A locavore’s paradise

09/09/2010 12:00 AM |

Members of North Fork Reform Synagogue have a lot on their plates these days, planning for both the High Holy Days and their fourth annual tour of local food producers and purveyors, which gives the community a taste of what the land here provides and an understanding of how that makes the North Fork unique.

The synagogue’s North Fork Foodie Tour, to be held Sunday, Sept. 12, from 10 a.m. to 4 p.m., features tours of farms and, for the first time, includes cooking demonstrations by two local chefs. The event kicks off at Charnews Farm on Youngs Avenue in Southold.

“Judaism’s mandate is to help to repair the world, and from there we get into the green movement, ecology and the local farming community, working with them to preserve the family farm,” said Sylvia Pafenyk, one of the event’s organizers.

Though this is the first year that chefs will participate in the tour, the number of growers and purveyors is similar to previous years. But four stops have been added: Sacred Sweets in Greenport, McCall Wines and Cattle Ranch in Cutchogue, North Fork Egg Farm in Southold and Krupski’s Vegetable and Pumpkin Farm in Peconic. Most of these are closer to tour headquarters than some of the previous years’ venues.

“We were trying to condense the distance. People were having trouble going all the way to the bison farm, and two other places in Riverhead,” said Ms. Pafenyk. “It was more than people could do in a day. But we still have as many choices for people.”

North Fork Egg Farm in Southold has free-range hens, which are fed organic grain and graze on untreated, unfertilized pastureland. There, visitors will be able to gather their own eggs and hear owner Marilyn Psasierb explain different chicken breeds and how they are raised. Krupski’s Vegetable and Pumpkin Farm is working to keep the family farm alive by diversifying crops, increasing its retail presence and using succession planting. McCall Wines, a 100-acre farmstead in Cutchogue, produces wines that are served at fine restaurants in Manhattan and also raises grass-fed Charolais cattle, a French breed known for its low-fat meat.

Sacred Sweets, a new confectionery in Greenport, is owned by Miche Bacher, who uses natural and organic ingredients to create unique cakes, cookies, chocolates and confections. She will give demonstrations of her craft.

“We want visitors to gain an appreciation of the hard work and the ethic of our local vendors who are trying to retain the natural order of things,” said Ms. Pafenyk. “All the members of the synagogue are docents at each location. We’re a very small congregation. It isn’t easy to staff the event, so our friends and neighbors help out.”

Tom Schaudel is the former owner and chef of the Jedediah Hawkins Inn in Jamesport and is now chef at A Mano in Mattituck. At 1 p.m. he will demonstrate the preparation of his fettuccini carbonara with pancetta, taleggio, smoked duck and black pepper at Charnews Farm. He’ll be followed at 3 by John Ross, a restaurateur, chef, cookbook author and food columnist, who will speak on the evolution of the North Fork as a culinary region, and sign copies of his cookbooks. North Fork Table and Inn restaurant will prepare takeout lunch orders in its new parking lot wagon at Charnews Farm as well.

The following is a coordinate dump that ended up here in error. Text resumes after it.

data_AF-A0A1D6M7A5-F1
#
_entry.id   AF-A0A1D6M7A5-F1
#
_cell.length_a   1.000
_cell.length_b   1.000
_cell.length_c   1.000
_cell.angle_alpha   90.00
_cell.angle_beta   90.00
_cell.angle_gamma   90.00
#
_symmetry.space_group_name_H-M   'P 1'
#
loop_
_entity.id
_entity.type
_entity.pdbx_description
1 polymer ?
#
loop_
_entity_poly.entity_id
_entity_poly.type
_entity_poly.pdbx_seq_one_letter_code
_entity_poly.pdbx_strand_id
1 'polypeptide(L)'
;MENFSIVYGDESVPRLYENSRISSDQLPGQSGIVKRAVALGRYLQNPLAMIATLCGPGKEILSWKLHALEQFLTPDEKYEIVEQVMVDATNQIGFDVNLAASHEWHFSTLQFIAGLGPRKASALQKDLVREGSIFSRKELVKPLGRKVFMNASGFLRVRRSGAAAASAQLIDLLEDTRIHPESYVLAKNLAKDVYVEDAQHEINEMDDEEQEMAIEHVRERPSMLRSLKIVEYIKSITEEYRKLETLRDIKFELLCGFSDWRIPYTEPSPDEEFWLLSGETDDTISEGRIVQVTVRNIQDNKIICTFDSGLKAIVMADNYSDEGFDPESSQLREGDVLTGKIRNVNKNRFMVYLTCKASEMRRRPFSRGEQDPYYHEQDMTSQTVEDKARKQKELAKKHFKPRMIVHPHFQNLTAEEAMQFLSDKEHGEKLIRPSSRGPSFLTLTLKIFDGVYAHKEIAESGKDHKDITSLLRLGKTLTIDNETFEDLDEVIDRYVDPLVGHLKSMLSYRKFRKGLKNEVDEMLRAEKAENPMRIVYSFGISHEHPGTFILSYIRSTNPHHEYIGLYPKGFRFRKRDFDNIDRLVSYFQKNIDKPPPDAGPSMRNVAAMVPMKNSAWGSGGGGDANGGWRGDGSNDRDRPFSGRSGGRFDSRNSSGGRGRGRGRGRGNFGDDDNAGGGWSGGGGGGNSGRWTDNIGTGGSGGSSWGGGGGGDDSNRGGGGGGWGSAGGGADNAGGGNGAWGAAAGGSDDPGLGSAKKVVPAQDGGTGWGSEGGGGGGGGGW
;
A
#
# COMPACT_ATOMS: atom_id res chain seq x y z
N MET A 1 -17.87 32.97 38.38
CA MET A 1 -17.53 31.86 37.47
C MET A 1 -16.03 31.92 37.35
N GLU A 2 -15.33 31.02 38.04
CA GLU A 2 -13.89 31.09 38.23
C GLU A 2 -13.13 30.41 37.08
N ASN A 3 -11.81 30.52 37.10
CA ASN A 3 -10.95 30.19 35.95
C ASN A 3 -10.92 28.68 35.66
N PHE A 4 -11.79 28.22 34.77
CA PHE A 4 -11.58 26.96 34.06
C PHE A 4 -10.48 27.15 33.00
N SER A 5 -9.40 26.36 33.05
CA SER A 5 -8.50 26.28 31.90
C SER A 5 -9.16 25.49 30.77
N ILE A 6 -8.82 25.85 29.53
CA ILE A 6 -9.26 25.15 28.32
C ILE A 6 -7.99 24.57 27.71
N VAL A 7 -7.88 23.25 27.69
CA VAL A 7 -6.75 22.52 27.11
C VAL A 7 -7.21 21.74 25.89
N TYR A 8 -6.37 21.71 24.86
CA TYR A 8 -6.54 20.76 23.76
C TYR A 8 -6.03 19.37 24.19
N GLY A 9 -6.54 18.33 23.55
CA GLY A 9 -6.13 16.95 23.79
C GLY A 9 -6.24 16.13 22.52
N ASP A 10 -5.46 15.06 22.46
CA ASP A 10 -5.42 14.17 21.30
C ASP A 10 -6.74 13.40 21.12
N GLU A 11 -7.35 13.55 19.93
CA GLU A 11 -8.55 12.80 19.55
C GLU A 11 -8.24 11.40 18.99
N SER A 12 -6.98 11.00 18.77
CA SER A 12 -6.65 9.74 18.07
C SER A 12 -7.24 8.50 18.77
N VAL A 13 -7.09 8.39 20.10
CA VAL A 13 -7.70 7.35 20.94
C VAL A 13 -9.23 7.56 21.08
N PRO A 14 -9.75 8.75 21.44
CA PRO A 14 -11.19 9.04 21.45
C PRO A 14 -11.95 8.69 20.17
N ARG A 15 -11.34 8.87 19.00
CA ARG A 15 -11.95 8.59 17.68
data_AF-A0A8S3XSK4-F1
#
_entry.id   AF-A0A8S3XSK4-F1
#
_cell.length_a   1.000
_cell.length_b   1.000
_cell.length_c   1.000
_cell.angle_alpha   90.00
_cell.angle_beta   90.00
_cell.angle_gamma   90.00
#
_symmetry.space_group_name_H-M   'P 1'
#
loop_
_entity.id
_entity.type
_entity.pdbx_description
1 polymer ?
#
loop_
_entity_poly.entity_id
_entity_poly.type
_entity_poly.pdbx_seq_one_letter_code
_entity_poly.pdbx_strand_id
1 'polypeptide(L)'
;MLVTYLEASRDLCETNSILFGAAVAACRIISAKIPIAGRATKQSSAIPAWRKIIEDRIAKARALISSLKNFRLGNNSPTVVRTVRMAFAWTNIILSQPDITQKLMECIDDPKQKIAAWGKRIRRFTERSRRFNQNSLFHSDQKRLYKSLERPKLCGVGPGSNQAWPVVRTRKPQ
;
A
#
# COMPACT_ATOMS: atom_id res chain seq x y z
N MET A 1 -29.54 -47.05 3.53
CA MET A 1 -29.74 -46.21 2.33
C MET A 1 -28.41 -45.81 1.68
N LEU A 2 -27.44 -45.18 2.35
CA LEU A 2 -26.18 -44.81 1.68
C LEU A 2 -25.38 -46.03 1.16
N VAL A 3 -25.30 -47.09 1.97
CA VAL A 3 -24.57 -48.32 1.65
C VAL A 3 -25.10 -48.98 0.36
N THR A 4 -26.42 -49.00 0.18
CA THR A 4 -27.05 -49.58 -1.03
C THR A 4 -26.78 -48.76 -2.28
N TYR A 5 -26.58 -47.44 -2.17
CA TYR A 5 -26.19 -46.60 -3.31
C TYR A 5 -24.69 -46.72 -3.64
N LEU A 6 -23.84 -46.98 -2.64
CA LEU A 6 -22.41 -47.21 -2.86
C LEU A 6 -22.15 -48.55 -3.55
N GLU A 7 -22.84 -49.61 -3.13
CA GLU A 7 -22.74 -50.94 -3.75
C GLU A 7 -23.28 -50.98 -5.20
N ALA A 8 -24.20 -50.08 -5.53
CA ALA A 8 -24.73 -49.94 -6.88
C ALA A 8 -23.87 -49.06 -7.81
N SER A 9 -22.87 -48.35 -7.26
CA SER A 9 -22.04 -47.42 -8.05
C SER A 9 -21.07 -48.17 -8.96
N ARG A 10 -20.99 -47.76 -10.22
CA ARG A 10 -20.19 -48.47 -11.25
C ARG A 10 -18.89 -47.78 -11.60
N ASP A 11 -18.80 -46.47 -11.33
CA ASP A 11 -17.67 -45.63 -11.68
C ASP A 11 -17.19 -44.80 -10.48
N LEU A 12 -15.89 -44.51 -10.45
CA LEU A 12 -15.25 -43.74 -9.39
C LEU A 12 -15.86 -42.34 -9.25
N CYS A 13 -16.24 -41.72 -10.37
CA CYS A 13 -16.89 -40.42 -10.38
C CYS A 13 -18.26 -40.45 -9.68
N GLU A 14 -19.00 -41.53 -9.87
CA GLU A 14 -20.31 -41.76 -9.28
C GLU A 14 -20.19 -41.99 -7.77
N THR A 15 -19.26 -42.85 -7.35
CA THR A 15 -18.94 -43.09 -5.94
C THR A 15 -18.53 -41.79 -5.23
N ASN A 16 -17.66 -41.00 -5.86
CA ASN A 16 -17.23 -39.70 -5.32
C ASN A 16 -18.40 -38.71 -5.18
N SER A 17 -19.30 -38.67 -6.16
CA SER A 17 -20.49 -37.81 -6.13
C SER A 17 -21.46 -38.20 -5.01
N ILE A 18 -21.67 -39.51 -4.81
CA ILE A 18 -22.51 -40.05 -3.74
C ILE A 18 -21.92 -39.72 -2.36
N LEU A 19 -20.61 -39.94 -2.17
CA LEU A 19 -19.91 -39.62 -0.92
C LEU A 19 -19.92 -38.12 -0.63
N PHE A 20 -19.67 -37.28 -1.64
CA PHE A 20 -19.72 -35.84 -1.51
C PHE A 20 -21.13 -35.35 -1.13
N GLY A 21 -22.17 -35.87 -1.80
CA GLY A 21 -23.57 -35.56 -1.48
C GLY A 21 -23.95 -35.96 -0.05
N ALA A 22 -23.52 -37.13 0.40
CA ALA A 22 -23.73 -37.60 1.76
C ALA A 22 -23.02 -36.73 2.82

Also on the tour is Catapano Dairy in Peconic, where goats are raised for fresh milk cheeses, yogurts, fudge and goat’s milk skin-care products. Sang Lee Farms, also in Peconic, grows heirloom tomatoes of every color and shape, Asian vegetables, herbs, flowers and baby greens. Satur Farms, owned by New York chef Eberhard Múller and his wife, Paulette Satur, grows mesclun, heirloom tomatoes and herbs of high quality. Koppert Cress in Cutchogue is world-renowned for its micro-vegetables, herbs used for medicinal purposes, edible flowers and heirloom tomatoes.

DeKalb Gold chickens roam free and make nests in the earth outside their coops at Ty Llwyd Farm in Riverhead. Ty Llwyd, which has been an active farm since 1870, also raises ducks and geese and grows vegetables and unusual varieties of potatoes.

At Lavender By the Bay in Orient, foodies will find fresh-cut and dried lavender, sundries made from lavender and honey made by bees that feast on the lavender. At Pipes Cove Oysters in Greenport they’ll learn how the shellfish are grown, harvested and shucked.

Also on the tour are Croteaux Vineyards in Southold, which specializes in rosà wine, and Shinn Estate Vineyards in Mattituck, which makes innovative use of sustainable farming practices. Visitors are also urged to stop in at A Taste of the North Fork on Peconic Lane for jams, jellies, chutney, mustards, marmalades, relish and desserts.

Peconic Land Trust, which owns and leases the land at Charnews Farm, will also have information about the slow food movement at the tour headquarters, where visitors will receive brochures with maps and detailed information about the times of tours at the different venues.

“It’s an opportunity to see some places that are not usually open to the public and to actually meet the people who make our lives possible and beautiful here on the North Fork,” said Ms. Pafenyk. “We hope everyone will have a wonderful experience.”


Sunday, Sept. 12, 10 a.m.-4 p.m.

Headquarters at Charnews Farm, Youngs Avenue, Southold.

Tickets: $25 for adults; children under 12 are free. Tickets available at Gallery M in Greenport, Complement the Chef in Southold, Cecily’s Love Lane Gallery in Mattituck and Barth’s Pharmacy in Riverhead or online at northforkreformsynagogue.org.

Tour maps and tickets also available the day of the tour at Charnew’s Farm and at each tour location. Call 722-5712 for more information.